by Michele Murphy
In just over nine months, the U.S. Department of Veterans Affairs (VA) Lorain Community-based Outpatient Clinic (CBOC), located in Sheffield Village, enrolled 475 area veterans for services for the first time. Connie Duensing, medical administrative officer, attributes a percentage of the growth to increased visibility resulting from the move to Sheffield Village from Lorain last summer.
She says being on a public transportation route also helps because it is easier for vets to get to the facility, adding that Lorain County vets can get free door-to-door service from the nearby Veterans Services Commission.
A number of vets have told Duensing they drive by the facility located on Abbe Road close to the I-90 interchange at Detroit Road and it prompts their curiosity to stop in and ask about available services. She says a number of new patients were not aware of all the services available at the site, citing specialties like optometry, podiatry or physical therapy as just a few examples.
While Duensing is pleased with the enrollment spike, she says she hopes more of the county’s veterans will check out the facility and look into services that may help them.
She has been with the VA 13 years and realizes some vets think the application process to determine eligibility for services seems complicated. She says all a vet needs to get started are a government photo ID like a driver’s license, passport or state ID card, and their DD214 discharge papers. However, she said if they have lost their papers, she can assist vets by accessing federal databases, or in extreme cases, by ordering another set of discharge papers from the National Archives. She says if someone has their documents, registration takes about 15 minutes and she is more than happy to walk vets through the process. Many vets have told her afterward that, if they had realized the process was that easy, they would have applied much sooner.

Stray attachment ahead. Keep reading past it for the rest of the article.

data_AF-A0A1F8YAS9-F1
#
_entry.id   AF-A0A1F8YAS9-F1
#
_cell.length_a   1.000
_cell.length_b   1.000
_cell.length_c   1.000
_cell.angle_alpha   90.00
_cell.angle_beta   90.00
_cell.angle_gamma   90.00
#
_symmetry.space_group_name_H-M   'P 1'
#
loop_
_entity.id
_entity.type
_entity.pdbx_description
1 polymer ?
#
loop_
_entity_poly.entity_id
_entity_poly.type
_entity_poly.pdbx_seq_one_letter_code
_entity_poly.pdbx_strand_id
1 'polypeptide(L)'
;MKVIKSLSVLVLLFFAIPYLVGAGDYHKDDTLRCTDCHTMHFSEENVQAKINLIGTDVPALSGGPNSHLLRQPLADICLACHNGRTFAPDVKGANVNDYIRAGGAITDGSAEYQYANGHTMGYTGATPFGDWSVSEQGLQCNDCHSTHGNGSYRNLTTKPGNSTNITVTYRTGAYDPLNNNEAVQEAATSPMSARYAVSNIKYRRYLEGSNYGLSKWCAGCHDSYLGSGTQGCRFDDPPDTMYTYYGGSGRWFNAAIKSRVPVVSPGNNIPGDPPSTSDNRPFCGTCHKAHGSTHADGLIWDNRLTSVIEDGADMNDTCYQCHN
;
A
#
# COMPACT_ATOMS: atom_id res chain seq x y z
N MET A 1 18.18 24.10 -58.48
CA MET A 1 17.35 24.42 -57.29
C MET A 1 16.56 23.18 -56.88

She also is trying to tamp down the misperception among vets that they have to give up their outside private doctors or services if they get some services from the VA. “It is not all or nothing,” she states flatly. Vets can choose to stay with their outside doctors and continue to pay for those services through their private insurance and still get a portion of their services from the VA. “They can use the VA for what is cost effective for them,” Duensing says. As examples, some might find it beneficial to use the VA to fill prescriptions or for lab work or hearing aids, if their private insurance has a co-pay provision.
Duensing also wants to dispel another misconception concerning VA services. She says many vets who carry private insurance do not use VA services because they think it will help vets who have no other insurance. Duensing says this actually hurts those vets, particularly those most in need of services from the VA. The budget for each facility is based on the number of vets enrolled for services, with each vet getting an allocated amount based on services for which they qualify. Duensing says healthy vets will not surpass their limit and so those funds can be reallocated to a vet with multiple medical issues.
She wants to get the word out and is willing to speak to community groups of all types. She says most people know a veteran and the VA wants to let vets know about the services they have earned through their service. For more information or to schedule a presentation, call Duensing at the Sheffield Village VA at 440-934 9158, ext. 8908.
Tags: Sheffield Village
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